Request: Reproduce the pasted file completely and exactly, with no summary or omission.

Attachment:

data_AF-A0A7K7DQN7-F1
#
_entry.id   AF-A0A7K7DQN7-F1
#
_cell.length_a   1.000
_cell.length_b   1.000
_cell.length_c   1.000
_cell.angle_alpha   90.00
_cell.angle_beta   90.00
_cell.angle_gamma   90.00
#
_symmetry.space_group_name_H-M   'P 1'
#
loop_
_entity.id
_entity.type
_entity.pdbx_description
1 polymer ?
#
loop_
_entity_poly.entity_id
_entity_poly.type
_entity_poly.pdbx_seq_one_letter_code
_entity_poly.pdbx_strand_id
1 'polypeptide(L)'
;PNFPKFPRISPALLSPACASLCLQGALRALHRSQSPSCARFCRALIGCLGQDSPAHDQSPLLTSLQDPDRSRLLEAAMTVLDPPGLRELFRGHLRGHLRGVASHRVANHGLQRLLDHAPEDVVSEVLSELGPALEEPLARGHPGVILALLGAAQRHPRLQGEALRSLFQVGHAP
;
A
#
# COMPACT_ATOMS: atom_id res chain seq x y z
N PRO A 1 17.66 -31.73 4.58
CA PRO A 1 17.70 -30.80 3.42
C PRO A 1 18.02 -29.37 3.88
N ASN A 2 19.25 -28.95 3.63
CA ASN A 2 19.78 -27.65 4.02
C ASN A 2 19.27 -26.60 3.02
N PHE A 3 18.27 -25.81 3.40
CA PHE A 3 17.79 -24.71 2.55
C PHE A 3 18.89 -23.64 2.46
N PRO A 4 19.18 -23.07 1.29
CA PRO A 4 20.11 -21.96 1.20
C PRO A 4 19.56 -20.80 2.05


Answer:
data_AF-A0A7K7DQN7-F1
#
_entry.id   AF-A0A7K7DQN7-F1
#
_cell.length_a   1.000
_cell.length_b   1.000
_cell.length_c   1.000
_cell.angle_alpha   90.00
_cell.angle_beta   90.00
_cell.angle_gamma   90.00
#
_symmetry.space_group_name_H-M   'P 1'
#
loop_
_entity.id
_entity.type
_entity.pdbx_description
1 polymer ?
#
loop_
_entity_poly.entity_id
_entity_poly.type
_entity_poly.pdbx_seq_one_letter_code
_entity_poly.pdbx_strand_id
1 'polypeptide(L)'
;PNFPKFPRISPALLSPACASLCLQGALRALHRSQSPSCARFCRALIGCLGQDSPAHDQSPLLTSLQDPDRSRLLEAAMTVLDPPGLRELFRGHLRGHLRGVASHRVANHGLQRLLDHAPEDVVSEVLSELGPALEEPLARGHPGVILALLGAAQRHPRLQGEALRSLFQVGHAP
;
A
#
# COMPACT_ATOMS: atom_id res chain seq x y z
N PRO A 1 17.66 -31.73 4.58
CA PRO A 1 17.70 -30.80 3.42
C PRO A 1 18.02 -29.37 3.88
N ASN A 2 19.25 -28.95 3.63
CA ASN A 2 19.78 -27.65 4.02
C ASN A 2 19.27 -26.60 3.02
N PHE A 3 18.27 -25.81 3.40
CA PHE A 3 17.79 -24.71 2.55
C PHE A 3 18.89 -23.64 2.46
N PRO A 4 19.18 -23.07 1.29
CA PRO A 4 20.11 -21.96 1.20
C PRO A 4 19.56 -20.80 2.05